US5891581A (en) * 1995-09-07 1999-04-06 The United States Of America As Represented By The Administrator Of The National Aeronautics And Space Administration Thermally stable, piezoelectric and pyroelectric polymeric substrates
US6706234B2 (en) 2001-08-08 2004-03-16 Nanotek Instruments, Inc. Direct write method for polarized materials
US20040151978A1 (en) * 2003-01-30 2004-08-05 Huang Wen C. Method and apparatus for direct-write of functional materials with a controlled orientation
US7078101B1 (en) * 2002-11-21 2006-07-18 The United States Of America As Represented By The Secretary Of The Navy High strain electrostrictive polymer
US20080203619A1 (en) * 2005-07-19 2008-08-28 Universidade Do Minho Non-Porous Polyvinylidene Fluoride (Pvdf) Films in the Beta Phase and Processing Method Thereof
US8624468B2 (en) 2008-12-30 2014-01-07 3M Innovative Properties Company Electromechanical materials and devices including the same

Families Citing this family (6)

* Cited by examiner, † Cited by third party
Publication number Priority date Publication date Assignee Title
US6054071A (en) * 1998-01-28 2000-04-25 Xerox Corporation Poled electrets for gyricon-based electric-paper displays
JP4550437B2 (en) * 2004-01-20 2010-09-22 ポリマテック株式会社 Polybenzazole molded body and method for producing the same
JP5291551B2 (en) * 2009-06-26 2013-09-18 株式会社クレハ Polymer composition and polymer piezoelectric film
JP2011181748A (en) * 2010-03-02 2011-09-15 Daikin Industries Ltd Method of manufacturing polarized resin film
JP5714235B2 (en) * 2010-03-11 2015-05-07 株式会社クレハ Additive-free and non-stretched piezoelectric body and PV sensor containing PVDF
JP6175966B2 (en) * 2013-08-01 2017-08-09 株式会社リコー Electro-mechanical conversion element manufacturing apparatus, electro-mechanical conversion element manufacturing method, electro-mechanical conversion element, droplet discharge head, and droplet discharge apparatus

Citations (11)

* Cited by examiner, † Cited by third party
Publication number Priority date Publication date Assignee Title
GB2020483A (en) * 1978-03-21 1979-11-14 Post Office Improvements in or relating to piezoelectric materials and to apparatus and methods for producing such material
US4308370A (en) * 1979-04-26 1981-12-29 Rikagauku Kenkyusho Piezoelectric and pyroelectric polymer film and process for preparing same
US4346505A (en) * 1979-01-04 1982-08-31 Thomson-Csf Method of fabricating piezoelectric transducer with polymer element
US4349502A (en) * 1980-10-24 1982-09-14 The United States Of America As Represented By The Secretary Of The Navy Fabrication method for unoriented phase-I PVF2
US4390674A (en) * 1979-11-30 1983-06-28 National Research Development Corporation Uniaxially drawn vinylidene fluoride polymers
US4393093A (en) * 1981-06-12 1983-07-12 Pennwalt Corporation Preparation of high gamma (α)phase poly(vinylidene fluoride) piezoelectric materials
US4486683A (en) * 1981-10-26 1984-12-04 The United States Of America As Represented By The Secretary Of The Navy Piezoelectric transducer using electrically poled γ-phase nylon 11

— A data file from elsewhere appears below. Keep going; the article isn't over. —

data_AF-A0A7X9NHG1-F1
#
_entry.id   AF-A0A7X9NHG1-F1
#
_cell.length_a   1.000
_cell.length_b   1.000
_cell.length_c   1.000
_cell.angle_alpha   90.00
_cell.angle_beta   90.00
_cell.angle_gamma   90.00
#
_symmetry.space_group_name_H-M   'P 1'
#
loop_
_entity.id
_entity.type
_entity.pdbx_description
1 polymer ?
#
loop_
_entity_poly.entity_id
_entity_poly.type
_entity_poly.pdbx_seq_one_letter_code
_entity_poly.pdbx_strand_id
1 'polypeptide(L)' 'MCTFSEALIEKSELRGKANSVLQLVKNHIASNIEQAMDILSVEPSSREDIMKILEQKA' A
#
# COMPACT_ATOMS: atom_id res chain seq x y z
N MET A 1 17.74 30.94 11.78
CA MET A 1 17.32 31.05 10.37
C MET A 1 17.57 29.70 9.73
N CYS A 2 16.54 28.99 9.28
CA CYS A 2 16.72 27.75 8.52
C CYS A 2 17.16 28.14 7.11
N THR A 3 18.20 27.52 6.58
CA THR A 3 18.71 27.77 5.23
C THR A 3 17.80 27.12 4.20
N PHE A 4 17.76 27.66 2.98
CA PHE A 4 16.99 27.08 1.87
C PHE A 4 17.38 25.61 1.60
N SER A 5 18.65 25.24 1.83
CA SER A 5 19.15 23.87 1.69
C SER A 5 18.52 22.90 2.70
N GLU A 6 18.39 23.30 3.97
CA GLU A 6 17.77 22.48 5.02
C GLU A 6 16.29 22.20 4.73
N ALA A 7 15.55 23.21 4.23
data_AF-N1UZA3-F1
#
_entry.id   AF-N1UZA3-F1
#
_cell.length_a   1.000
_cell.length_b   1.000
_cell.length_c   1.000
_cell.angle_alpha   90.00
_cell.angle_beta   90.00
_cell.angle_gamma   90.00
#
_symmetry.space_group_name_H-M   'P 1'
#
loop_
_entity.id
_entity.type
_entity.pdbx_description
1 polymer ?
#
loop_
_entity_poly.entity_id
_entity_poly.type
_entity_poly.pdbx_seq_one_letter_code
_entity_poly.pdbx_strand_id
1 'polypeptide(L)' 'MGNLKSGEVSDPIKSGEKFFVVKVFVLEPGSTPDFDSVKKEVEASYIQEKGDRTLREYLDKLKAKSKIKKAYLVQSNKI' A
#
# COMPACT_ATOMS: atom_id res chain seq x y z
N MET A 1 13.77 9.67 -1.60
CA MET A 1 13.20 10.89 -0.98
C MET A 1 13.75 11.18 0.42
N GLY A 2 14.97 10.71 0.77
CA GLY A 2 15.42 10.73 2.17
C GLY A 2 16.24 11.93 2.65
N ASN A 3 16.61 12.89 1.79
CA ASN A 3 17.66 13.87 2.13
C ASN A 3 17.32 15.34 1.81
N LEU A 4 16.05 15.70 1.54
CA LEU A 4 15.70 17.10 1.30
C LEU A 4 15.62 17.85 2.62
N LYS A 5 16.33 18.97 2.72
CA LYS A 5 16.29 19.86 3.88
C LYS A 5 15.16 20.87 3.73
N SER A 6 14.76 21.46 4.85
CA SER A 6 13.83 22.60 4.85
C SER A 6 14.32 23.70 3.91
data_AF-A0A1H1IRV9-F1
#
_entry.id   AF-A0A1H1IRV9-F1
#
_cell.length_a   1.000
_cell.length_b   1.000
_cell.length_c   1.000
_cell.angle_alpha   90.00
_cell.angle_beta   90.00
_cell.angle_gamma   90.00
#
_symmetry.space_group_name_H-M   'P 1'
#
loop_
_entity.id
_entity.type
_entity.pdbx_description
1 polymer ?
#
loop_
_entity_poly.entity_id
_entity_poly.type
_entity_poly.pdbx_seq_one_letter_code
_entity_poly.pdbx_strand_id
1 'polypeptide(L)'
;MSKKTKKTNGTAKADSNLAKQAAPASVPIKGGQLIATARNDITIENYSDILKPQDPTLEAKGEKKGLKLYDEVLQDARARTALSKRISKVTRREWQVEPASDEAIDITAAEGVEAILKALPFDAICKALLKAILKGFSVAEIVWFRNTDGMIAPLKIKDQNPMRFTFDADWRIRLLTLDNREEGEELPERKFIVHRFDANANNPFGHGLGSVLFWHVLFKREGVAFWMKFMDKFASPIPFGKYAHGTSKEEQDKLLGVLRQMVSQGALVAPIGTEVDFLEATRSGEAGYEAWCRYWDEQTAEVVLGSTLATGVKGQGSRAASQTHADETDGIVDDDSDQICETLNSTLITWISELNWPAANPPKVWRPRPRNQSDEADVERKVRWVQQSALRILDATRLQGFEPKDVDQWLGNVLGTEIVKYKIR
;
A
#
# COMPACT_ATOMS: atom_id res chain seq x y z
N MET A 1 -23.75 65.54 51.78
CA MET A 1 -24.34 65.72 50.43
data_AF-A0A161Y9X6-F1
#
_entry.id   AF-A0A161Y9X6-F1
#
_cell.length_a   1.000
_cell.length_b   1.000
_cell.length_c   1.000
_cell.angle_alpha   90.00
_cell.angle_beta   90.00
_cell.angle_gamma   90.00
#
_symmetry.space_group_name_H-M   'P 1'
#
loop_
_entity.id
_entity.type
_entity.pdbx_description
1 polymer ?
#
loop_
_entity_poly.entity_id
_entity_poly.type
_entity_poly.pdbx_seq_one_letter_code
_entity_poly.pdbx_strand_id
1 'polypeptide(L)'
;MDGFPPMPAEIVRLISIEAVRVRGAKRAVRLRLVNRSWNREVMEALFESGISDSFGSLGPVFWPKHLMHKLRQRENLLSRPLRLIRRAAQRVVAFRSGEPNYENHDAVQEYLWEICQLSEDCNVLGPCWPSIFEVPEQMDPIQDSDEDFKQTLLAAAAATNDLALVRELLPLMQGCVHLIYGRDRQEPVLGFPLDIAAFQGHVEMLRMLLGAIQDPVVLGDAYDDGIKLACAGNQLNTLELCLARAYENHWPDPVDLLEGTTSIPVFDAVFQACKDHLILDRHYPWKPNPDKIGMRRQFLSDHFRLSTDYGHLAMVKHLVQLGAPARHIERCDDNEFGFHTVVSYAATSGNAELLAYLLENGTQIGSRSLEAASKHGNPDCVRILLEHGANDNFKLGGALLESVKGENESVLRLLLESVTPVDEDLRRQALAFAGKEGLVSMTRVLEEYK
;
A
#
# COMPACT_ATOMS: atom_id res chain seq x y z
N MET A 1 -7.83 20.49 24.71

JPS60217674A (en) * 1984-04-13 1985-10-31 Toray Ind Inc Manufacture of high-molecular piezoelectric body having excellent heat resistance
US4591465A (en) * 1983-09-28 1986-05-27 Mitsubishi Petrochemical Co., Ltd. Method of producing polymeric electret element
US4615848A (en) * 1980-07-23 1986-10-07 Minnesota Mining And Manufacturing Company Pyroelectric and isotropic piezoelectric polymer blends
JPH05210595A (en) * 1991-09-05 1993-08-20 Internatl Business Mach Corp <Ibm> Memory system

Family Cites Families (6)

* Cited by examiner, † Cited by third party
Publication number Priority date Publication date Assignee Title
US4127681A (en) * 1976-09-24 1978-11-28 Pennwalt Corporation Single electrode poling of dielectric films
AU544447B2 (en) * 1980-02-07 1985-05-30 Toray Industries, Inc. Vinylidene fluoride and ethylene trifluoride copolymer
US4606871A (en) * 1980-07-23 1986-08-19 Minnesota Mining And Manufacturing Company Method of making a film from pyroelectric and isotropic piezoelectric polymer blends
US4692285A (en) * 1985-07-01 1987-09-08 Pennwalt Corporation Process of preparing nonfibrous, piezoelectric polymer sheet of improved activity
JP2807852B2 (en) * 1991-07-18 1998-10-08 株式会社ミドリ十字 New chelating agent, a complex compound with the chelating agent and the metal atom and diagnostic agents comprising the same
JPH05311995A (en) * 1992-05-07 1993-11-22 Taisei Corp Construction method of tunnel structure using cornice steel plate

Patent Citations (11)

* Cited by examiner, † Cited by third party
Publication number Priority date Publication date Assignee Title
GB2020483A (en) * 1978-03-21 1979-11-14 Post Office Improvements in or relating to piezoelectric materials and to apparatus and methods for producing such material
US4346505A (en) * 1979-01-04 1982-08-31 Thomson-Csf Method of fabricating piezoelectric transducer with polymer element
US4308370A (en) * 1979-04-26 1981-12-29 Rikagauku Kenkyusho Piezoelectric and pyroelectric polymer film and process for preparing same
US4390674A (en) * 1979-11-30 1983-06-28 National Research Development Corporation Uniaxially drawn vinylidene fluoride polymers
US4615848A (en) * 1980-07-23 1986-10-07 Minnesota Mining And Manufacturing Company Pyroelectric and isotropic piezoelectric polymer blends
US4349502A (en) * 1980-10-24 1982-09-14 The United States Of America As Represented By The Secretary Of The Navy Fabrication method for unoriented phase-I PVF2
US4393093A (en) * 1981-06-12 1983-07-12 Pennwalt Corporation Preparation of high gamma (α)phase poly(vinylidene fluoride) piezoelectric materials